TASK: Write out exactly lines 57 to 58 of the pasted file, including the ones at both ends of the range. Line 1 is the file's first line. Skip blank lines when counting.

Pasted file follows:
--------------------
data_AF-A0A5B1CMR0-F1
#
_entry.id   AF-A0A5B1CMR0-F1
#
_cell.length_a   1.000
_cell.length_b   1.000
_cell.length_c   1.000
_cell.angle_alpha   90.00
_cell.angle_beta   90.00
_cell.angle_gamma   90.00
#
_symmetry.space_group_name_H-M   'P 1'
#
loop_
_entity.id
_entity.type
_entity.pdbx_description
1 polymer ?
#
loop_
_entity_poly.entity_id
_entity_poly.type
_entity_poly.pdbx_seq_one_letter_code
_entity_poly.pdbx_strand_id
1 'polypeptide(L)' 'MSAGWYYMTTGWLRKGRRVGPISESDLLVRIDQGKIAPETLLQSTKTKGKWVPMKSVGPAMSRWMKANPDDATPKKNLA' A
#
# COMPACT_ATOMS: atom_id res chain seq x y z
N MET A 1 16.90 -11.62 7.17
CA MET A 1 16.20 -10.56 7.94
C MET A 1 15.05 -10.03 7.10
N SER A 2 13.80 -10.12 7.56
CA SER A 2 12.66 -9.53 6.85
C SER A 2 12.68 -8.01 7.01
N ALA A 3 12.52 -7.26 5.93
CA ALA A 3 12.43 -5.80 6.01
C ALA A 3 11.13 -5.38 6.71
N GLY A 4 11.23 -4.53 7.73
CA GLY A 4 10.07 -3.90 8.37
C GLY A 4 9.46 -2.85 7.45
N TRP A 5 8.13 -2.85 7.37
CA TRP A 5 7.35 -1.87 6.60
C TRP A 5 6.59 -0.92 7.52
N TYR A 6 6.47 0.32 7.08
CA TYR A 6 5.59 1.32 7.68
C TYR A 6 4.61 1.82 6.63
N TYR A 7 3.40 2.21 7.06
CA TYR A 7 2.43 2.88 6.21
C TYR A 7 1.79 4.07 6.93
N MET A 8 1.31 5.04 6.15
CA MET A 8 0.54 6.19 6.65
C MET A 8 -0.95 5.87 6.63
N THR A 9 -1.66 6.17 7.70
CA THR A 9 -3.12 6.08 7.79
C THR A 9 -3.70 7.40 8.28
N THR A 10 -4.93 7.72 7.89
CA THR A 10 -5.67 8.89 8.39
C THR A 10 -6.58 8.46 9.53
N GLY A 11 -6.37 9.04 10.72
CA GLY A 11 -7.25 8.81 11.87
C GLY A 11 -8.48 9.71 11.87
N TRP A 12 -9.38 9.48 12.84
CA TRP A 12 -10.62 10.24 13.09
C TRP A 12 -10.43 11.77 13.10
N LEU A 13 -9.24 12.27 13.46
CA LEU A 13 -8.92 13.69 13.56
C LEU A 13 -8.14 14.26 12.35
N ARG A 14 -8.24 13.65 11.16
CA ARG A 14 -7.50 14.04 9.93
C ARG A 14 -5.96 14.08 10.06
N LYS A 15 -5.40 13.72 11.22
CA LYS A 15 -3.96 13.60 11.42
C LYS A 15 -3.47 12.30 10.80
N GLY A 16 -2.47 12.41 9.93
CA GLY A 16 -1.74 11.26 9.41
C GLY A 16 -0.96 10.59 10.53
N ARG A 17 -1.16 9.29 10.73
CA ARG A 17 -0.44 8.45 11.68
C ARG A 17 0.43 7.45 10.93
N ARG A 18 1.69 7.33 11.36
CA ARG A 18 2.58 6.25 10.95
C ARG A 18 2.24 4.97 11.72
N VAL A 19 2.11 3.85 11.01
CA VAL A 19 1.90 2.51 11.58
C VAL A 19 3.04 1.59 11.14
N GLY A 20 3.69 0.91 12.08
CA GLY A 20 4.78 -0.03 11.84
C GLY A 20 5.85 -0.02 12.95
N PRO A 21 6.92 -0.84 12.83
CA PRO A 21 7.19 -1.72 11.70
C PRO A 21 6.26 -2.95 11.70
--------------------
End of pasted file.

C THR A 10 -6.58 8.46 9.53
N GLY A 11 -6.37 9.04 10.72